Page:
There is no other way to put this: the Colorado Avalanche, despite back-to-back victories on Tuesday and Thursday, are a bad team. Not only are they the worst team in the NHL this season, they could turn in one of the worst performances of the last 18 years, the first time the league awarded two points for a regulation or overtime win, one point for an overtime loss and zero points for a regulation loss.
The Avs have a 19-44-3 record (41 points), which puts them on pace for the worst season in franchise history since relocating to Denver from Quebec in 1995, where they were fondly known as the Nordiques. As of Friday, Colorado ranks last in the NHL in goals scored per game (1.95), third-lowest since 1999-2000. They’ve already been shut out 11 times in 66 games, putting them within striking distance of the 2006-07 Columbus Blue Jackets, who were shut out 16 times that season, the most since the league expanded beyond the Original Six in 1967.
Part of the problem for coach Jared Bednar is his team’s inability to create scoring chances. Colorado is the only team this season creating less than six even-strength chances per 60 minutes and it has a league-low 83 scoring chances on the power play. The team’s most used line, featuring Nathan Mackinnon, Gabriel Landeskog and Mikko Rantanen, are outshot 102 to 114 at even strength after adjusting for score effects and have a minus-5 goal differential over 212 minutes played. Swapping out Rene Bourque for Rantanen sees the Avs outshot 63 to 66 with a minus-3 goal differential over 116 minutes played.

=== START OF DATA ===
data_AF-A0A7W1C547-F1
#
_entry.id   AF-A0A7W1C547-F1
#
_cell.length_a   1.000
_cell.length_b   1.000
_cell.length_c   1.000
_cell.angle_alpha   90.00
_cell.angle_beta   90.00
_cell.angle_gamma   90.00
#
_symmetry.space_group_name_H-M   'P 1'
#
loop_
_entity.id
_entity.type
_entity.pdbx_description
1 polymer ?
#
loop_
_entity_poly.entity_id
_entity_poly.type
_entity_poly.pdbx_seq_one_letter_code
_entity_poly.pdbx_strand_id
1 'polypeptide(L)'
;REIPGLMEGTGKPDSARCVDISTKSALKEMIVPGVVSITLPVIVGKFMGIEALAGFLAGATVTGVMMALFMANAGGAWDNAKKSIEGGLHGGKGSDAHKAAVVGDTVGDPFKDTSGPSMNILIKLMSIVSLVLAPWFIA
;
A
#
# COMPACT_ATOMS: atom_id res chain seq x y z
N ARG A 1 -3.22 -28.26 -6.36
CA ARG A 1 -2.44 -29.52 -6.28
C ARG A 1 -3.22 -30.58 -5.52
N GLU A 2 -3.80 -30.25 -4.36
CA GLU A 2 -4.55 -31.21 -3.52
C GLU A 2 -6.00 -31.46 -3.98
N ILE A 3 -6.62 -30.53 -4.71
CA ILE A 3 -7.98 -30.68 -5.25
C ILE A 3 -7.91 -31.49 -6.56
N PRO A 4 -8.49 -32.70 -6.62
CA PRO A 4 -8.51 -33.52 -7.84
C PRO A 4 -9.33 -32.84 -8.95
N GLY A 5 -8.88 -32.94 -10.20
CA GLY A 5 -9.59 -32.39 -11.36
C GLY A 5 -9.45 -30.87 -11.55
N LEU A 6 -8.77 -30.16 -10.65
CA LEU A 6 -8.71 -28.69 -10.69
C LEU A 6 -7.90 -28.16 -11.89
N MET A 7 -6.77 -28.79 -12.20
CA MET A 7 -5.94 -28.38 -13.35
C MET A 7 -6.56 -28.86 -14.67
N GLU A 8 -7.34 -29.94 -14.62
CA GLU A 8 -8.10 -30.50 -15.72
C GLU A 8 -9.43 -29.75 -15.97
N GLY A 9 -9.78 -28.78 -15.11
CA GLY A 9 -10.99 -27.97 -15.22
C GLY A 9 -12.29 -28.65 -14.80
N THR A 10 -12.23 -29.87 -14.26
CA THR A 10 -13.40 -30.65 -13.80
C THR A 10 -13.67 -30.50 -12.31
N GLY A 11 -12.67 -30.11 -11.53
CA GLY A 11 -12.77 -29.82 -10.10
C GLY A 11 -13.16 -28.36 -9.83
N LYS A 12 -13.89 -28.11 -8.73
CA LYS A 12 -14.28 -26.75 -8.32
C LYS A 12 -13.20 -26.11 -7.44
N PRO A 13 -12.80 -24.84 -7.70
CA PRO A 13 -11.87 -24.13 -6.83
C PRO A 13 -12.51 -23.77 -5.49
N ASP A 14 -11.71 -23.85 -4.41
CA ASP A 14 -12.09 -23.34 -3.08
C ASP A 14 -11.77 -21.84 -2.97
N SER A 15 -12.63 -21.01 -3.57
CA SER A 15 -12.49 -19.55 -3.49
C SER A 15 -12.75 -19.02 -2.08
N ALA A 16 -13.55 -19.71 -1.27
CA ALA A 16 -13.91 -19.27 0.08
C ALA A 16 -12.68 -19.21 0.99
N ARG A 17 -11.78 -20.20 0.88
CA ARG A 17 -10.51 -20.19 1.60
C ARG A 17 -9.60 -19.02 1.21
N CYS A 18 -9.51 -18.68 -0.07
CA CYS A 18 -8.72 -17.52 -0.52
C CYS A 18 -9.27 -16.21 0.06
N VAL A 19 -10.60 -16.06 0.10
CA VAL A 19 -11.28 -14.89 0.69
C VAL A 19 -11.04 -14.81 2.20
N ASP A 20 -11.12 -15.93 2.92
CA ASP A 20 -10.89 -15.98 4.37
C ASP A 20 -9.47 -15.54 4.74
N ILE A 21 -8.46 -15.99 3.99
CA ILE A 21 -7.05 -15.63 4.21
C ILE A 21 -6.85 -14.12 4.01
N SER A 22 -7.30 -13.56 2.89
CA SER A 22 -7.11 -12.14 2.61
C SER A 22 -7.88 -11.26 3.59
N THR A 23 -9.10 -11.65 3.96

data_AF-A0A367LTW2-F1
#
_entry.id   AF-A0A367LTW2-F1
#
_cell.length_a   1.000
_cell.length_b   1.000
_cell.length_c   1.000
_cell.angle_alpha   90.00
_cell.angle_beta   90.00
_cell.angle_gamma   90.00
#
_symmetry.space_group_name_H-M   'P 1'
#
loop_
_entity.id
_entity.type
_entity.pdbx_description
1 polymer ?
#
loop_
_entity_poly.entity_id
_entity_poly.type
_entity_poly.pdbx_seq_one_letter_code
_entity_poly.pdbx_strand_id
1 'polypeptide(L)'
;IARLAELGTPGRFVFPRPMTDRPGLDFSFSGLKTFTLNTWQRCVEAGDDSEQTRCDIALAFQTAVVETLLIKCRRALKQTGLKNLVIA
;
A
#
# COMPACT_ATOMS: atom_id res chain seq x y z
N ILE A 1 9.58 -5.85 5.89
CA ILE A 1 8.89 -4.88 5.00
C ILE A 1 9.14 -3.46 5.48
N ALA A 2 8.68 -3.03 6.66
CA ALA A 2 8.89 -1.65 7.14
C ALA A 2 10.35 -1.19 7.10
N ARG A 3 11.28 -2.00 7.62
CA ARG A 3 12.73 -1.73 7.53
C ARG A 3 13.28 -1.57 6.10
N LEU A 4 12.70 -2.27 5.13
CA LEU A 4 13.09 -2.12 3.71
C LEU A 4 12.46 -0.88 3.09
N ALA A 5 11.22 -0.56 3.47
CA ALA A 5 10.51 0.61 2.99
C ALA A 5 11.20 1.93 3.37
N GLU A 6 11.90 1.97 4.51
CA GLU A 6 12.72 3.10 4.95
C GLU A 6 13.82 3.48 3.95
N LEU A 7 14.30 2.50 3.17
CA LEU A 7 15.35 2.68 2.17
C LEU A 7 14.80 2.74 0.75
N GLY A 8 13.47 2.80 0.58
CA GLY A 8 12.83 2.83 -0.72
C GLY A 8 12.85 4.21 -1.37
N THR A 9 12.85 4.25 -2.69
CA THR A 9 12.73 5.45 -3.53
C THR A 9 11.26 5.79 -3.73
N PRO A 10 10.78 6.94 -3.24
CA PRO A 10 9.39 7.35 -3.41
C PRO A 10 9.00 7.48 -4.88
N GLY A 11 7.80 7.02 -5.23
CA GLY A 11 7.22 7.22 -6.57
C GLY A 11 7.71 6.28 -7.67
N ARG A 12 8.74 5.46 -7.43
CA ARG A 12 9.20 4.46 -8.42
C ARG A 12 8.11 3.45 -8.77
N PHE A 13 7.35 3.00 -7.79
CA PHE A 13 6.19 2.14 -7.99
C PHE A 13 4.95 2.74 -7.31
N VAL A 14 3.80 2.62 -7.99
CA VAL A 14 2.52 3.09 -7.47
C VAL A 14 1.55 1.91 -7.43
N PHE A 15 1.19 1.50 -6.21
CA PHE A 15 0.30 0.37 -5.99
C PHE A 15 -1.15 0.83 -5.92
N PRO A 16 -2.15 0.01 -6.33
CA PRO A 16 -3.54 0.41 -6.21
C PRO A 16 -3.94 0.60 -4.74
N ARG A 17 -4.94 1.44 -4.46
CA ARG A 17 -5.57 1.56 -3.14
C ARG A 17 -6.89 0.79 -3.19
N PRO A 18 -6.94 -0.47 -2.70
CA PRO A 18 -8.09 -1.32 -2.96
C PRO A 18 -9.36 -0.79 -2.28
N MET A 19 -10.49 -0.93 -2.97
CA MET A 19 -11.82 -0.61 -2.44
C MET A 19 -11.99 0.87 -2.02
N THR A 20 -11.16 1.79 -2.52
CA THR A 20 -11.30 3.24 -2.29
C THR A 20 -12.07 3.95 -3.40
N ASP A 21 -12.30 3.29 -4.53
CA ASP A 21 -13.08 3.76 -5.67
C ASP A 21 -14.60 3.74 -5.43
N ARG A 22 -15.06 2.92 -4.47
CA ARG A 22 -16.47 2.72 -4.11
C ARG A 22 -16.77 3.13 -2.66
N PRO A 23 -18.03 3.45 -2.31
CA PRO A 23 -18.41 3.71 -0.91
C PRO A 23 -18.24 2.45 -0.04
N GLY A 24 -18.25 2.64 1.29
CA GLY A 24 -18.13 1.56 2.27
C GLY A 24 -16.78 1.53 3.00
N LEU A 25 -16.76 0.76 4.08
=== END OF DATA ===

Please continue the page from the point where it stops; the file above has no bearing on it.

The Colorado Avalanche, everybody! pic.twitter.com/bArlqvpDjc
— Pete Blackburn (@PeteBlackburn) March 5, 2017
And that offensive ineptitude overshadows the team’s defense, which isn’t as bad as it looks.
Colorado is allowing 32 even-strength shots per 60 minutes, third worst in the league this season, but only 19 percent of those, fifth-lowest in the NHL, are classified as high-danger shots, those originating in the slot or near the crease. So instead of allowing 150 goals against at even strength due to puck luck, Colorado should have allowed 126 based on location. Those extra goals against help contribute to the team’s league-worst minus-88 goal differential, and account for almost the entire difference between the Avalanche and Arizona Coyotes, the league with the second-worst goal differential this year (minus-54).
But that’s just a silver lining. The Avalanche will miss the playoffs for a third year in a row and are in their third year of decline. The only question left is how far they’ll fall this season.
If they continue to lose at their current pace, they will end the season with the third-lowest win percentage among teams with at least a minus-80 goal differential. If they win fewer than two of their remaining games they become the second worst team since 1999, behind the 1999-2000 Atlanta Thrashers, an expansion team with 14 wins on the season.